These are tense days for the National Cotton Council. With the November elections looming, Congress has only a few working days left to complete action on a number of bills before its scheduled adjournment on Oct. 6.
Cotton Council leaders face the task of keeping the momentum going on such legislation as the fiscal 2001 agricultural appropriations bill while keeping out of the political crossfires of a tight presidential race.
At the top of their list: the opportunity to obtain more than $60 million in new funding for boll weevil eradication, money which would almost restore the 30 percent federal cost-sharing that was lost several years ago.
The $60 million-plus figure includes $59 million in emergency funding to help states deal with cost overruns. Sen. Thad Cochran of Mississippi added the money to the Senate-passed version of the ag appropriations bill.
The balance is a $3 million increase - again offered by Cochran - in the annual appropriation for U.S. Animal-Plant Health Inspection Service, which oversees the boll weevil eradication effort. The Senate version provides $19.7 million; the House-passed bill $17 million.
In a session prior to its board of directors' meeting Sept. 14, the NCC's Boll Weevil Action Committee developed a formula for allocating the $59 million among the states. But, officials said they preferred not to release the numbers until Congress passes the appropriations bill.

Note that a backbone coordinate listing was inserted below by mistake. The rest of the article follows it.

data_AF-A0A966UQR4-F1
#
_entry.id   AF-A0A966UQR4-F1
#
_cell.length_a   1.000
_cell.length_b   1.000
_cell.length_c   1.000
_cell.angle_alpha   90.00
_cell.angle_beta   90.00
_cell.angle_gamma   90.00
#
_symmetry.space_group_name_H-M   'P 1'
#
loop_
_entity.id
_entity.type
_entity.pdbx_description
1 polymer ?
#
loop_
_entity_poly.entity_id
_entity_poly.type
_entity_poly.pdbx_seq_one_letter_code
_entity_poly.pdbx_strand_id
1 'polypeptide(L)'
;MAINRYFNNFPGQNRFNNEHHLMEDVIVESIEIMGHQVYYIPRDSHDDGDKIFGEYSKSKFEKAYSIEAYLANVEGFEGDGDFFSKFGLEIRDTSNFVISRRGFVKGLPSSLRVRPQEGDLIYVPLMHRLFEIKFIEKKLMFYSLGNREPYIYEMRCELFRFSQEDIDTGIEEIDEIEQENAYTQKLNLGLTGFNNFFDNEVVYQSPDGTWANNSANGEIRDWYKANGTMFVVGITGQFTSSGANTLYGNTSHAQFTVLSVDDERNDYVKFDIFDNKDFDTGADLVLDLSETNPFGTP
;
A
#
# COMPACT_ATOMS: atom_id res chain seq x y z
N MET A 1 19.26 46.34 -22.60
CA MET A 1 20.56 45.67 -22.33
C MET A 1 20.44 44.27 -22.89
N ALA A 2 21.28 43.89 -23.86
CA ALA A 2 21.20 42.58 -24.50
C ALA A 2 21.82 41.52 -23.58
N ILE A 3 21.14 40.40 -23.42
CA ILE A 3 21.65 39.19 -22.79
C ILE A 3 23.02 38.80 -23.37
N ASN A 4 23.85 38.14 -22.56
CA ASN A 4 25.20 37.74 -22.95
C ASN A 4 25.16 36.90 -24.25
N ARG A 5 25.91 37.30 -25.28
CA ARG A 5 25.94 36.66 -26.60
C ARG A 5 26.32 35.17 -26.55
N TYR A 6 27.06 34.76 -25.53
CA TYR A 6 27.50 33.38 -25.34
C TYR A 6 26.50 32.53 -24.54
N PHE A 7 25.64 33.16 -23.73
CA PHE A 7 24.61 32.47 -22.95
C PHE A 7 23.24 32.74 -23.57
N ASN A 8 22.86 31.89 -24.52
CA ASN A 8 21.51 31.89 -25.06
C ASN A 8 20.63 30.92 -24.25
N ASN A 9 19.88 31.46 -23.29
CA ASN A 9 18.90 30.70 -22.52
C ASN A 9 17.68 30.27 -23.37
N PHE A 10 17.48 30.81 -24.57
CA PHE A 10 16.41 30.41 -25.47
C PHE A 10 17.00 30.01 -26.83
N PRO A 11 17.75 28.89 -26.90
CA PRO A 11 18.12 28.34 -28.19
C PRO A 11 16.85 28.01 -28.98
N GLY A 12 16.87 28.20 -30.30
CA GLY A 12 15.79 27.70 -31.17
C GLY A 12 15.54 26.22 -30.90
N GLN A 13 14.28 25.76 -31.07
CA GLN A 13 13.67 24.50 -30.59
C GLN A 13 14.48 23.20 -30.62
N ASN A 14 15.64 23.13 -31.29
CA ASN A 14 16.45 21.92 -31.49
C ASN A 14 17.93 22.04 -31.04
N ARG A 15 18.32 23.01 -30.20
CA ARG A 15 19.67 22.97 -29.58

Council leaders are hopeful that a House-Senate conference committee will work out the differences between the two versions of the legislation; i.e., pass the one with the $62 million in added eradication funding.
But, no one was sure at presstime whether Congress would continue to work on the remaining appropriations bills separately or roll them into an omnibus spending bill to keep the government operating into the new fiscal year, which begins Oct. 1.
"If Congress is to pass a free-standing appropriations bill, the president has to send a letter to Congress asking for emergency spending authority for the $59 million," a Council staff member said. "So, we have to have a consensus within the cotton industry. That's why we needed to allocate the money."
Besides the boll weevil eradication program, the Cotton Council is keeping tabs on the fate of $450 million in disaster assistance, again in the agricultural appropriations bill.
"That $450 million is totally inadequate for the drought we have in the Southeast, the Delta and the Southwest," said Council President Bob McLendon during the board meeting. "We are hopeful that we can work on increasing that figure in the appropriations bill."
Most farmers in those regions are all too aware of the toll high temperatures and drought conditions have taken on their crops, but Council leaders and staff members say it may be difficult to convince Congress.
"There are some very concentrated droughts in specific areas of the Cotton Belt," said Mark Lange, the Council's chief economist. "But the aggregate numbers will mask the effect of the droughts."
Then, there's the legislation raising the payment limit on marketing loan gains from $75,000 to $150,000 and the 2001 funding for the cottonseed assistance program and the....